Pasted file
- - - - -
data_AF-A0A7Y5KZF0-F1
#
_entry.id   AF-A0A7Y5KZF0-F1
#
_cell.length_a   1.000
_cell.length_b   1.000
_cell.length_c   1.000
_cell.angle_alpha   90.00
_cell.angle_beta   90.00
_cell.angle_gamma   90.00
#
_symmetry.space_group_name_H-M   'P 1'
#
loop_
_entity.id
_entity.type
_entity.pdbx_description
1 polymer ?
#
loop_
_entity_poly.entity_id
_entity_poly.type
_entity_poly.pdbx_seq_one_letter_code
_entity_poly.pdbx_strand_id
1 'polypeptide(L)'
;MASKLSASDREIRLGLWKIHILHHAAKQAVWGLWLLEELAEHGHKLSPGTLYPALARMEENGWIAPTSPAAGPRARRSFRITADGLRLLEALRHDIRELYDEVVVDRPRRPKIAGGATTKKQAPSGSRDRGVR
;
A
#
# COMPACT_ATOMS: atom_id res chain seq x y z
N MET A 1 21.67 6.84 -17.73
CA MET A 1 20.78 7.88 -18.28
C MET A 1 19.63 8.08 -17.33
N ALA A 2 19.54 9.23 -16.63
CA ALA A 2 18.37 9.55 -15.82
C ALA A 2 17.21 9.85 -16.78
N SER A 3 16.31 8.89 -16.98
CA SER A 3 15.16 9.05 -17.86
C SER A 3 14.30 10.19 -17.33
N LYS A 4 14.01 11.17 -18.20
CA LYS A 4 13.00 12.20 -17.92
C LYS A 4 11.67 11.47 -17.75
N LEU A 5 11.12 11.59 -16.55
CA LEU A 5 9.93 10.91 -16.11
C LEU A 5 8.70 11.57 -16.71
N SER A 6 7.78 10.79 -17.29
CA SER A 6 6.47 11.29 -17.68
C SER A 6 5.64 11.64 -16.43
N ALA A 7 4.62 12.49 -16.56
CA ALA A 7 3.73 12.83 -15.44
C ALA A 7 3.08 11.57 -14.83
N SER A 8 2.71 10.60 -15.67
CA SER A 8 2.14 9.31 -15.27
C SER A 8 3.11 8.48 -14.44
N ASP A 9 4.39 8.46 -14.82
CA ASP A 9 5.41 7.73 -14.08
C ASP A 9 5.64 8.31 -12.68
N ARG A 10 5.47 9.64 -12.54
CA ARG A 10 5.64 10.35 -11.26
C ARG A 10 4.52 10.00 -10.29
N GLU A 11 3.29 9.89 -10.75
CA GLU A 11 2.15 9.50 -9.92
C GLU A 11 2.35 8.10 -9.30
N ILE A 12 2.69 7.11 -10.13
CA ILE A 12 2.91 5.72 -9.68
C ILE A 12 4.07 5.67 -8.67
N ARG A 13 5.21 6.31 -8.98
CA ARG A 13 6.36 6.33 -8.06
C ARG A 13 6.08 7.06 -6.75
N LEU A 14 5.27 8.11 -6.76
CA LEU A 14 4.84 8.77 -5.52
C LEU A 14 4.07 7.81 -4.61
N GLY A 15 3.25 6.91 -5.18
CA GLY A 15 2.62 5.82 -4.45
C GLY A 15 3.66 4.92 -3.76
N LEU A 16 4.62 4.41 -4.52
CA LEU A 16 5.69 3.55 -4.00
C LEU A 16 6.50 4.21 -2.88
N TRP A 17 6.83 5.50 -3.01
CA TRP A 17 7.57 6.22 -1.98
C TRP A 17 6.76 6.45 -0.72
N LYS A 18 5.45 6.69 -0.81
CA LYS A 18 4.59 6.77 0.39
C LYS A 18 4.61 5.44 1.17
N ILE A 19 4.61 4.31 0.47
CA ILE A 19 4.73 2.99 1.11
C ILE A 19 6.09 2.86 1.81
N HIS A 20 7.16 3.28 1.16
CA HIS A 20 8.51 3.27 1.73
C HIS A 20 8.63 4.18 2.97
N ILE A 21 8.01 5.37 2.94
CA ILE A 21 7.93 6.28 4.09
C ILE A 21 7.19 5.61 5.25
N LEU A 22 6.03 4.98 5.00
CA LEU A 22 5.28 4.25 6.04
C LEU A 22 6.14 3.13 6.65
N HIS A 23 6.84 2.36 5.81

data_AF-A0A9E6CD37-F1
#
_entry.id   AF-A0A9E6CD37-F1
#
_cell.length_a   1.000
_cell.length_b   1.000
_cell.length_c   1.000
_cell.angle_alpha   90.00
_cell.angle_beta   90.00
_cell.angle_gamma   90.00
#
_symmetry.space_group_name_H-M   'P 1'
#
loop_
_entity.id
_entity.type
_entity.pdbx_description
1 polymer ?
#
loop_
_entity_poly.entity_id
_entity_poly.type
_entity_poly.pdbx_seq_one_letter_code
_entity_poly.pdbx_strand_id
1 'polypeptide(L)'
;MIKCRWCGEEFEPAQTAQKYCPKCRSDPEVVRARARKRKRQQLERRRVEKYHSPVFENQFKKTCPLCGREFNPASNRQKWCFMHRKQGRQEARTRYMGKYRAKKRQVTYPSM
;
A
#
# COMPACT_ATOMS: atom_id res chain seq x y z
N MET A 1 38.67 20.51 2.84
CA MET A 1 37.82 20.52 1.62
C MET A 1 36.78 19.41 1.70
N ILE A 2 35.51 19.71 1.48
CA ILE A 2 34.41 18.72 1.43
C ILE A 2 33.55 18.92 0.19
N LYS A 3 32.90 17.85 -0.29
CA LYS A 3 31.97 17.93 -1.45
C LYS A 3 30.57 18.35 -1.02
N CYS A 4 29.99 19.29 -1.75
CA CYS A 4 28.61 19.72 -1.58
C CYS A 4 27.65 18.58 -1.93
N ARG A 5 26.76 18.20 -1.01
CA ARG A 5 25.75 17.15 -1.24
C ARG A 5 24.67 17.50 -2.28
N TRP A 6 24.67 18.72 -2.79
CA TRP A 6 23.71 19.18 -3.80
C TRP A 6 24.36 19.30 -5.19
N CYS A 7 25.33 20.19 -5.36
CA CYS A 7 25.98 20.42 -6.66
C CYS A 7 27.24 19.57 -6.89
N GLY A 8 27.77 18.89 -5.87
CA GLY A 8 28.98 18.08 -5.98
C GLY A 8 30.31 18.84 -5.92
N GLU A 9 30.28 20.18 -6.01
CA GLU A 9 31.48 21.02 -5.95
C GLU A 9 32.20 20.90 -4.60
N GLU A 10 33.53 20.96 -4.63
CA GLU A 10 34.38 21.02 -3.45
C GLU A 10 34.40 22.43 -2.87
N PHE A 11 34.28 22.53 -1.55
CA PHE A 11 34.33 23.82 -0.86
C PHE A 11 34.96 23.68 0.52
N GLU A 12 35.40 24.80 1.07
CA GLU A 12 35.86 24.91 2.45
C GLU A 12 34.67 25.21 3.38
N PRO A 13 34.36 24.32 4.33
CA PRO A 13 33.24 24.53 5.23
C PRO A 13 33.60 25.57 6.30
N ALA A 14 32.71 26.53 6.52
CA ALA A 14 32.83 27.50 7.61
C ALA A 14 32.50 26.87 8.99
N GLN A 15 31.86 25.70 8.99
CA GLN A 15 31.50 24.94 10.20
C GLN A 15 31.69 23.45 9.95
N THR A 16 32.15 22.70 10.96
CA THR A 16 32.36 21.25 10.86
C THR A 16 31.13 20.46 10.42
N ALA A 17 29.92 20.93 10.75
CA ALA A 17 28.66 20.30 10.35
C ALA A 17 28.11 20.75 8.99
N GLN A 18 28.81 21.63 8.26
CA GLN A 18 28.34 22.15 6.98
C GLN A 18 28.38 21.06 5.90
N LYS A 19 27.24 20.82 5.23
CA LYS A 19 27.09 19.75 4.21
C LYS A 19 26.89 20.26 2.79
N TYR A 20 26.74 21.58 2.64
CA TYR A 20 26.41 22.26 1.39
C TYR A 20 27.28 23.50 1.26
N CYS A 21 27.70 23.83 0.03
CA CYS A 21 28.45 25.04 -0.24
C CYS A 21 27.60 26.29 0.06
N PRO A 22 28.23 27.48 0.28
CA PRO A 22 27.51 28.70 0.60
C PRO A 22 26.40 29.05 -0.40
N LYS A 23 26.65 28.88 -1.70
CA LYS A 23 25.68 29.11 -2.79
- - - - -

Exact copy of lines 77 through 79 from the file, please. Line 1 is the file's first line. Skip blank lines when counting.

CA LEU A 16 5.69 3.55 -4.00
C LEU A 16 6.50 4.21 -2.88
N TRP A 17 6.83 5.50 -3.01